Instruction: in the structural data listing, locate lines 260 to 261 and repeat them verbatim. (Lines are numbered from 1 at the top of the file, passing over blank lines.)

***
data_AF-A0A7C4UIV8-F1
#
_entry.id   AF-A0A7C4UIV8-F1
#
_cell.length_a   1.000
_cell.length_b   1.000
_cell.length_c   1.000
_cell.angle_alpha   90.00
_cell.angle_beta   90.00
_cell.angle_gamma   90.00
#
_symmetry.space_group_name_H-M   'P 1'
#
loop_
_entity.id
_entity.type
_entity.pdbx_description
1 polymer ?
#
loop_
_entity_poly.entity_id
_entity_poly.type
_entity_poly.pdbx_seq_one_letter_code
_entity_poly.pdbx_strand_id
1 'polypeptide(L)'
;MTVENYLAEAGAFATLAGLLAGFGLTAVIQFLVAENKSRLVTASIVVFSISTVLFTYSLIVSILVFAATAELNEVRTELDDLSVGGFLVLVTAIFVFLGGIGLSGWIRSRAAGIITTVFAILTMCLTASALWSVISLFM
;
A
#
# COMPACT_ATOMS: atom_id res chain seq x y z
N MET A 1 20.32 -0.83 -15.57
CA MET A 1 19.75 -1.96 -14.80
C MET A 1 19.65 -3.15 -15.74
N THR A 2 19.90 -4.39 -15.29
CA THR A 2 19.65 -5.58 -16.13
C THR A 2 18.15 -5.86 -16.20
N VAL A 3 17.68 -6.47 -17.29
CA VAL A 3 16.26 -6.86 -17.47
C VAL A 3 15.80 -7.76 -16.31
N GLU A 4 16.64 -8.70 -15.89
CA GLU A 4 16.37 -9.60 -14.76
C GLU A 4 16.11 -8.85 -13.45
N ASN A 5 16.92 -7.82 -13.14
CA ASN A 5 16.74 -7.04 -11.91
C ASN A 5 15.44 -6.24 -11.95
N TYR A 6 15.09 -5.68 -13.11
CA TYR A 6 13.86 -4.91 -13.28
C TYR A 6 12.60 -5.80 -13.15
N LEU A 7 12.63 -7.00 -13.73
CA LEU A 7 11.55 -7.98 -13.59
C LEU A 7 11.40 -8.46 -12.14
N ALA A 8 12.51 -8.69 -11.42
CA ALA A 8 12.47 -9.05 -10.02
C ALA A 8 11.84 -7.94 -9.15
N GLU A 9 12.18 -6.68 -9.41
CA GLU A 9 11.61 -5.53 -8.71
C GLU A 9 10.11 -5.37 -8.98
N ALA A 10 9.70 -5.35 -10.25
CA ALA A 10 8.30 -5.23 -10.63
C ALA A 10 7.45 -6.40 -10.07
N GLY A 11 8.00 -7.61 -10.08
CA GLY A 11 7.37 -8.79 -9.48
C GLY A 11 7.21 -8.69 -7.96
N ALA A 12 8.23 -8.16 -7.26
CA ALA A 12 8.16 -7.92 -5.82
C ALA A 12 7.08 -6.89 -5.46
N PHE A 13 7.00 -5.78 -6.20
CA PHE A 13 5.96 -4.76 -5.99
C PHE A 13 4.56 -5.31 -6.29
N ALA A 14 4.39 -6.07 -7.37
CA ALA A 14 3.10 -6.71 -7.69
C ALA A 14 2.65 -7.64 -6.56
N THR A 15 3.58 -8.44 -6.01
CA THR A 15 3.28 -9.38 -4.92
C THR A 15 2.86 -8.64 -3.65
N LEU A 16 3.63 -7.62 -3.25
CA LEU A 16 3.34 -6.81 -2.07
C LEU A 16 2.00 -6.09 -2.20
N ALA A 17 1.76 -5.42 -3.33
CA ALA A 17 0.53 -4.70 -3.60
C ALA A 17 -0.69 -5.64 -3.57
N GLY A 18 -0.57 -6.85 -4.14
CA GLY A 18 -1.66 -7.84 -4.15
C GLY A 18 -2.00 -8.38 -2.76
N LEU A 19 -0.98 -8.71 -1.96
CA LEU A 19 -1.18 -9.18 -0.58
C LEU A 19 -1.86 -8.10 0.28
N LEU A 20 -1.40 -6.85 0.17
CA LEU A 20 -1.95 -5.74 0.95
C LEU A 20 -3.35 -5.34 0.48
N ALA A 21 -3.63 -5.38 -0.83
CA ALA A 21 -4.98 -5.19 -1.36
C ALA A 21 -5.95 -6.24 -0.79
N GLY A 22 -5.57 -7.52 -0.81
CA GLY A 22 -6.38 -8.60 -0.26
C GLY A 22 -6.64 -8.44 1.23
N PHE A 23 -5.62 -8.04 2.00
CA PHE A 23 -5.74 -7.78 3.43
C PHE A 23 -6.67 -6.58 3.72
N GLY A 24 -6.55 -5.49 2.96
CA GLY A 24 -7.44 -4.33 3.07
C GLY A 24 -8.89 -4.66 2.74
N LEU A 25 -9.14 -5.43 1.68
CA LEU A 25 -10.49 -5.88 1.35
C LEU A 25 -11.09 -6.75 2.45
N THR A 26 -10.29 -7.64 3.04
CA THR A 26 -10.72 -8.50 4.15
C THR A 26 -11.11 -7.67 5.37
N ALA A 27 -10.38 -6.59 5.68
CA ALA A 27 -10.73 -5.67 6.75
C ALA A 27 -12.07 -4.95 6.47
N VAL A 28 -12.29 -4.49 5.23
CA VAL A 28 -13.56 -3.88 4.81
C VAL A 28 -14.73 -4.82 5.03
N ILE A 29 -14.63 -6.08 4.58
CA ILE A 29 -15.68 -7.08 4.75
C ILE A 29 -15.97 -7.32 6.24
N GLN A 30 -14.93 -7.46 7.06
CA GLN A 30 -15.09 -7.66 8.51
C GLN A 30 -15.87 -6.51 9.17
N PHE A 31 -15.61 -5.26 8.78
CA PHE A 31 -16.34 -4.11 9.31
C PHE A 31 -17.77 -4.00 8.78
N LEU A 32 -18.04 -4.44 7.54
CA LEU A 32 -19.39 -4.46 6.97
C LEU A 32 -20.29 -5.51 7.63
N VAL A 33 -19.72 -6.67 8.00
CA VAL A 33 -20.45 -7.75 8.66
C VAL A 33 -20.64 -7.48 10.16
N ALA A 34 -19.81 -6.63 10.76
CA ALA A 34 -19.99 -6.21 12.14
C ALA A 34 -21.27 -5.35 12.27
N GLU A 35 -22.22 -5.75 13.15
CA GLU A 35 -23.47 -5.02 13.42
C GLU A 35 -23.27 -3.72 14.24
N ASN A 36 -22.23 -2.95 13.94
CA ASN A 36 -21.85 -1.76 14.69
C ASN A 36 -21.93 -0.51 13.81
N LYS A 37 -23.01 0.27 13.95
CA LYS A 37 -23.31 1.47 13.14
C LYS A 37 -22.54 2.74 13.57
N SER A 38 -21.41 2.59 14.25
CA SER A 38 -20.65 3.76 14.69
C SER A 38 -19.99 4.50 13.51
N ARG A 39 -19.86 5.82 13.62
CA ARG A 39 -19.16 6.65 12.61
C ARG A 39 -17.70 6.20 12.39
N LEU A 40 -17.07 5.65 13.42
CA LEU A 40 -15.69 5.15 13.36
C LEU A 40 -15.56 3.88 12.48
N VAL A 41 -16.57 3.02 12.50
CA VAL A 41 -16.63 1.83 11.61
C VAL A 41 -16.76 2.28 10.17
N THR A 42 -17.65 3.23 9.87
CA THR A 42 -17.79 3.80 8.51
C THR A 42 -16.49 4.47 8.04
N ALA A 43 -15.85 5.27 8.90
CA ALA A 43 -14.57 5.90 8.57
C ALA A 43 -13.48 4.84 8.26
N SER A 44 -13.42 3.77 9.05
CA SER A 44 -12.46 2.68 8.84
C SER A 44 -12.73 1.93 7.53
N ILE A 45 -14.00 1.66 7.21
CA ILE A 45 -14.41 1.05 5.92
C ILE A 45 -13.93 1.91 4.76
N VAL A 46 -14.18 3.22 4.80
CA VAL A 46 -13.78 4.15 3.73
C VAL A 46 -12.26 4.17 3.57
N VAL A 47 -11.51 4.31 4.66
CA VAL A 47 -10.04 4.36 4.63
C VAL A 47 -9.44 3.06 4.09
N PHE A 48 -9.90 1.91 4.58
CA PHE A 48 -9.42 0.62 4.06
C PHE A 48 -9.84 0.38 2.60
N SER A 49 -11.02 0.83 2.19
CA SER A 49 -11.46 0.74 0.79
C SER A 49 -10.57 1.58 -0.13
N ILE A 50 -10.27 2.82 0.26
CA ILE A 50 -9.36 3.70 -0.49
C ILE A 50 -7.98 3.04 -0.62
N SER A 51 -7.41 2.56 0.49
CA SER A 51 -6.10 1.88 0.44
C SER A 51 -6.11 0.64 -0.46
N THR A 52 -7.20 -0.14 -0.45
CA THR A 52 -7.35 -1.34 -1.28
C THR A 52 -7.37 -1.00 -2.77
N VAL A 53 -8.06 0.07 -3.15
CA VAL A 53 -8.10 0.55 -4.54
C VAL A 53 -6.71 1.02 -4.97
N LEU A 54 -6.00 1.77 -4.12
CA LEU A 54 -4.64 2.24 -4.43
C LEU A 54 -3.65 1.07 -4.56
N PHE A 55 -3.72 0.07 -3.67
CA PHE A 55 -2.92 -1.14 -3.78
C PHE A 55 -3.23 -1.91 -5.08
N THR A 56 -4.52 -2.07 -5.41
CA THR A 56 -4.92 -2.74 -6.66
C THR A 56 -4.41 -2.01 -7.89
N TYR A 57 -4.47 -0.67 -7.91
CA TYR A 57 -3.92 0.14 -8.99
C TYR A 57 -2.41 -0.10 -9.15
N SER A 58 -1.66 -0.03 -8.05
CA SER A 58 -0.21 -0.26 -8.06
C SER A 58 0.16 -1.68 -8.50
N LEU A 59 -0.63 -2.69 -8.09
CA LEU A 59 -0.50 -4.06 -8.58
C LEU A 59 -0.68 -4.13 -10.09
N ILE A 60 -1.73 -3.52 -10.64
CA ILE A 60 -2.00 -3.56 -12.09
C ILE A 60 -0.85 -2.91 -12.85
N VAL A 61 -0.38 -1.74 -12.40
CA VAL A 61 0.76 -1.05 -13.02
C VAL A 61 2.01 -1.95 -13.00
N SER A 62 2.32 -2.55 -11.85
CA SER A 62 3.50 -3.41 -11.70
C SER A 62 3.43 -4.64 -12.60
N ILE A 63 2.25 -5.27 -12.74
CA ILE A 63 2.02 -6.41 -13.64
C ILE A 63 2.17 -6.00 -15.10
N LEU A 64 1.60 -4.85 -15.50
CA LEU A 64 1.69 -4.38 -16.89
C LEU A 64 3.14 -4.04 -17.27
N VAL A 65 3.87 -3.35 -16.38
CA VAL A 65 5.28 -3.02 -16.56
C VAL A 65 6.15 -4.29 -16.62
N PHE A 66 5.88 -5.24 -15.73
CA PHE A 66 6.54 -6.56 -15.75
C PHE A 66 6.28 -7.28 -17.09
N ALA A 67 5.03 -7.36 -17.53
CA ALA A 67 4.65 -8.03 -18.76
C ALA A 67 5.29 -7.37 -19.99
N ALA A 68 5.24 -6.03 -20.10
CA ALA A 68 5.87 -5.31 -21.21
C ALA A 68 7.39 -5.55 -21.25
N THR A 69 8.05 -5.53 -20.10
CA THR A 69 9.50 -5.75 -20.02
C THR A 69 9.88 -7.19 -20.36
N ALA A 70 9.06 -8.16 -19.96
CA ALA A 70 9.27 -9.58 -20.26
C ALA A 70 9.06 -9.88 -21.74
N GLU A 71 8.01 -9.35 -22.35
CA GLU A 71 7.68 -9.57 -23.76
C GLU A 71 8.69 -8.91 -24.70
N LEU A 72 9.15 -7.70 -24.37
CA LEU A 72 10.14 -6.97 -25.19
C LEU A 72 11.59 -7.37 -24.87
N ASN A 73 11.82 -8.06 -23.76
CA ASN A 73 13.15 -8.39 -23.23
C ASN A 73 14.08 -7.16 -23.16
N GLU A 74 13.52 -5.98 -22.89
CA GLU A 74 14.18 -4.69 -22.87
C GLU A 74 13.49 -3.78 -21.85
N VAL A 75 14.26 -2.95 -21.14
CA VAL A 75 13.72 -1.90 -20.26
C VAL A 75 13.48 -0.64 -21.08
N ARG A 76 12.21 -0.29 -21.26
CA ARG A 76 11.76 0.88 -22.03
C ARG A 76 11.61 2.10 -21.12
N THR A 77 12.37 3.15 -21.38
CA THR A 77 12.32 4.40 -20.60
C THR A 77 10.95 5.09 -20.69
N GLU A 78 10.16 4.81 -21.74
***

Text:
CA THR A 77 12.32 4.40 -20.60
C THR A 77 10.95 5.09 -20.69